In this scripture Paul is specifically referring to Judaizers who would have required the largely gentile Galatians to adhere to the Law of Moses and all the corollaries that had been added over the centuries, for their salvation.  While Jesus did not destroy the Law and its significance (indeed he came to fulfill the purpose of the Law), He did destroy the “faith house” that called for salvation by works.  Jesus had also demolished the house of paganism that ruled their lives.  Why in the world would they begin rebuilding another house that had been demolished by the cross?  Over the past weeks we have been looking at the house already established, the house of Faith in Christ and the final work of the Cross.  Any other house is foolishness.  Consider the parable of man who built his house upon the rock.  The Cross takes that parable a step further, the house is built and prepared for us.  We simply accept God’s invitation to move in.

Peter expresses the dangers of rebuilding, “For it would have been better for them never to have known the way of righteousness than after knowing it to turn back from the holy commandment delivered to them.What the true Proverb says has happened to them: ‘The dog returns to its own vomit and the sow, after washing herself, returns to wallow in the mire”  2 Peter 2:21-22.  I am not here to debate the doctrines of Salvation only to say that when we leave our Hupomone house to rebuild what Christ has torn down in our lives there are consequences.

Why do we rebuild?  There are probably as many answers to that question as there are humans who have lived.  However I have come up with a few that I think can be generalized across the variety of humanity.

  1.  We are creatures made to be followers.  Even the greatest leaders in history were made to follow Jesus Christ.  Some were great leaders because they followed God.  Some were rebuilders extraordinaire, following a blueprint established by men and encouraged by the Enemy of all.  Adam and Eve were just such followers.  They were presented with a blueprint by Satan for a house of rebellion that had been demolished when he was cast out of heaven.  When they took their eyes of their heavenly Father, the following nature took its course.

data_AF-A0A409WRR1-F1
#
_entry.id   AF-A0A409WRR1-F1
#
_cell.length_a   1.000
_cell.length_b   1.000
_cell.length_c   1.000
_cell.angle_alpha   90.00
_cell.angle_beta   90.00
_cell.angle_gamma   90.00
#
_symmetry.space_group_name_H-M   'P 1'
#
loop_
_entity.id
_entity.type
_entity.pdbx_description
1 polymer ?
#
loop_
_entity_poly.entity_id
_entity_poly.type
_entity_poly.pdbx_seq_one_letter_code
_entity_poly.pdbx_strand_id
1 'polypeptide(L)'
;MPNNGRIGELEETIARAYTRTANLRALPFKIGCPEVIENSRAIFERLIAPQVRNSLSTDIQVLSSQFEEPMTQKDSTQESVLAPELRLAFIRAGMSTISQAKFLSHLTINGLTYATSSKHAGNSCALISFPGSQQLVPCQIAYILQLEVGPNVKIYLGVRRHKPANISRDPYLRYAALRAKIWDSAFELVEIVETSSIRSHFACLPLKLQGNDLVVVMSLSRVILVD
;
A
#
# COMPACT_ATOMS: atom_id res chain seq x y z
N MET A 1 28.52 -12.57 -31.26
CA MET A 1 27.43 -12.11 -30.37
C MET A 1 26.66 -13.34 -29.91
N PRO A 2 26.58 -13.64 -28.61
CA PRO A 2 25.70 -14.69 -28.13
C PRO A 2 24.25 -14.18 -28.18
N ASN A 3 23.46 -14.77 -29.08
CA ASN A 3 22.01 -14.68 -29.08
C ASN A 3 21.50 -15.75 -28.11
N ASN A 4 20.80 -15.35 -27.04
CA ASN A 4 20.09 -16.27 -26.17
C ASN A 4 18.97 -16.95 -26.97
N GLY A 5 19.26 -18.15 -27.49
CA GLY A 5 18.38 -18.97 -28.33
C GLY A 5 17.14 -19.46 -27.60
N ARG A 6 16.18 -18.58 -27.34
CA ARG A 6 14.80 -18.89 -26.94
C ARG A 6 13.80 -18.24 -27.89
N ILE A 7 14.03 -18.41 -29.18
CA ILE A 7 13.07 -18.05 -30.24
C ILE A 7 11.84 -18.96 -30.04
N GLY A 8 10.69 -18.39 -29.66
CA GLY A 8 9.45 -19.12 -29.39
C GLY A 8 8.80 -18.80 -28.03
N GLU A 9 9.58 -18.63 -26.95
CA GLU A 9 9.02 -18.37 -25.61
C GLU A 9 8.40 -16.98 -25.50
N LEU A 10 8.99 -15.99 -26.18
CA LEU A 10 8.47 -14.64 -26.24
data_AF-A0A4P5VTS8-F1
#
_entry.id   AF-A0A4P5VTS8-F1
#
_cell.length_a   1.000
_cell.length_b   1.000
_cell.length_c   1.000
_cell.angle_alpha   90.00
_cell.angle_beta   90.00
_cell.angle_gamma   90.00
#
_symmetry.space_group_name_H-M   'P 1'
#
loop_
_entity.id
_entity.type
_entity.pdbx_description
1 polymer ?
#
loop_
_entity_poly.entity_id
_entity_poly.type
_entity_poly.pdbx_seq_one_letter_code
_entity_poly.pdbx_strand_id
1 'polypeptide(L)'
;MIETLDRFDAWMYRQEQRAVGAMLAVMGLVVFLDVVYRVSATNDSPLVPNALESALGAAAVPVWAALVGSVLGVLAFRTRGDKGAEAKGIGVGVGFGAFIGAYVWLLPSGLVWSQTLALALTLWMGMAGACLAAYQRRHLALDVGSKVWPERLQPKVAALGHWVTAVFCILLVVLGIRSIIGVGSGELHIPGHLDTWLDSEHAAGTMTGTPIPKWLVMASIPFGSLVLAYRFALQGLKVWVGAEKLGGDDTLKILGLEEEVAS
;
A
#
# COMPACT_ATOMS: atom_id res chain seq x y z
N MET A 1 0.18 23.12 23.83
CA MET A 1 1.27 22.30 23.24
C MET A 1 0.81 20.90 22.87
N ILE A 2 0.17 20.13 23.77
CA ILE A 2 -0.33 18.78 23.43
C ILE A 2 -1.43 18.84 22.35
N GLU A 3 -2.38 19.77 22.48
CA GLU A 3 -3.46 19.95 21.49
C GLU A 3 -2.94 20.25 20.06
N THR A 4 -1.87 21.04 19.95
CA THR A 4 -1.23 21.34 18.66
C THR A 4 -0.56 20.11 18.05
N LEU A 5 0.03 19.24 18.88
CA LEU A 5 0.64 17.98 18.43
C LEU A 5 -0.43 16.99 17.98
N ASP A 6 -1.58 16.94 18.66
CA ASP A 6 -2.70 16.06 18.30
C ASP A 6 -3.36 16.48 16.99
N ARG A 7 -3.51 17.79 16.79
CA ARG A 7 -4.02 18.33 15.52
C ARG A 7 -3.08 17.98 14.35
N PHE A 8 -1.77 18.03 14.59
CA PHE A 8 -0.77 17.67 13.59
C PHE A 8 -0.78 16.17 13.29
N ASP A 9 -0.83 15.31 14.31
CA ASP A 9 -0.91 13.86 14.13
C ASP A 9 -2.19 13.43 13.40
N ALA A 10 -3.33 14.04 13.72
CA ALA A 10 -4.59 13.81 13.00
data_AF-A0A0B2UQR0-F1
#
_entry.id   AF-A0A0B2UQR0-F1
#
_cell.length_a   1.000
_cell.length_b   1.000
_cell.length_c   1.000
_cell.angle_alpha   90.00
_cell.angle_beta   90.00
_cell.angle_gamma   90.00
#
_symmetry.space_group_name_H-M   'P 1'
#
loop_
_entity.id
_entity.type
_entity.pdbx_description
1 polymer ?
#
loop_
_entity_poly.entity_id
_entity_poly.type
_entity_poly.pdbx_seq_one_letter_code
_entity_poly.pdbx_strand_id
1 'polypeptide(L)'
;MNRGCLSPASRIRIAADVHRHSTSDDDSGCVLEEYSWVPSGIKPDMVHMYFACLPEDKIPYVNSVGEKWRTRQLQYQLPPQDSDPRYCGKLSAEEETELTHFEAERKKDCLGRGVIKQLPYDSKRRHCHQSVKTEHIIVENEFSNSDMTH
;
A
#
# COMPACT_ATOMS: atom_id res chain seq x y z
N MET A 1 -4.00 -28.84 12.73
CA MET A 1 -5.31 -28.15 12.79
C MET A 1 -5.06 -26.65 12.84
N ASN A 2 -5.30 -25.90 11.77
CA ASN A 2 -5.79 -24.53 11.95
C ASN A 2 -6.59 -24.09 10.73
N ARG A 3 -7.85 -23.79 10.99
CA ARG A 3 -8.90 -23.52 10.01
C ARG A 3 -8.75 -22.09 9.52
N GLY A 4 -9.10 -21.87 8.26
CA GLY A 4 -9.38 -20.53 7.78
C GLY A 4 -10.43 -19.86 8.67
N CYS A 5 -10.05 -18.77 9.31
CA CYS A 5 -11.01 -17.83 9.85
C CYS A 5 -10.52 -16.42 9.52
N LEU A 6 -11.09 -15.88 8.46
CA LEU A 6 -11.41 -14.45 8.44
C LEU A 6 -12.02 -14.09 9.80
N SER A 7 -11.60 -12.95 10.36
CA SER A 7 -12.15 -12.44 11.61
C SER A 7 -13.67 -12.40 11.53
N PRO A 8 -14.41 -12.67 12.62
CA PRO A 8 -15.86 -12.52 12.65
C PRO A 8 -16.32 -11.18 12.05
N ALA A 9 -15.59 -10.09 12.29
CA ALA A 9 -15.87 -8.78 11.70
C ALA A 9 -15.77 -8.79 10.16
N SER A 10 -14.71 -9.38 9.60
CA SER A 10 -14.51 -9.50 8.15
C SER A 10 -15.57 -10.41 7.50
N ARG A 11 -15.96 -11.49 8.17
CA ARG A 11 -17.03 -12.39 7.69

2. We are creatures of habit.  It is all to easy to justify old ways that are comfortable and even to fashion them into a rebuilt home that we allow ourselves to believe is a Hupomone House.  It is only when the storms come that the infirm foundation reveals itself.  On top of the poor foundation, the homes we rebuild are often made of inferior materials like pride, arrogance, logic (the human kind) etc.
  3. We are creatures of comfort.  When faith becomes difficult that old house (or someone else’s old house) suddenly looks comfortable.  The corollary to this reason is that we are creatures of limited memory because that old house that suddenly looks comfortable was in fact often not comfortable at all.

I am sure that there are many other reason’s that we rebuild that which the Cross has destroyed.  The key here is:

“Therefore, since we have so great a cloud of witnesses surrounding us, let us also lay aside every encumbrance and the sin which so easily entangles us, and let us run with endurance the race that is set before us, fixing our eyes on Jesus, the author and perfecter of faith, who for the joy set before Him endured the cross, despising the shame, and has sat down at the right had of the throne of god.” Hebrews 12:1-2

 

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I drafted this to be posted last Monday.  Obviously it did not get posted and many of you may know that it was a matter of circumstance (or consequence?) that kept it in the ether world for another week.  Since that time more circumstances have hit the national and world stage and at the same time struck close to home here in Northwestern Ohio.  Circumstances, they pummel us from every side.  I sit here with my broken leg propped up and my broken heart in the hands of God, knowing that none of these circumstances can separate me from my identity.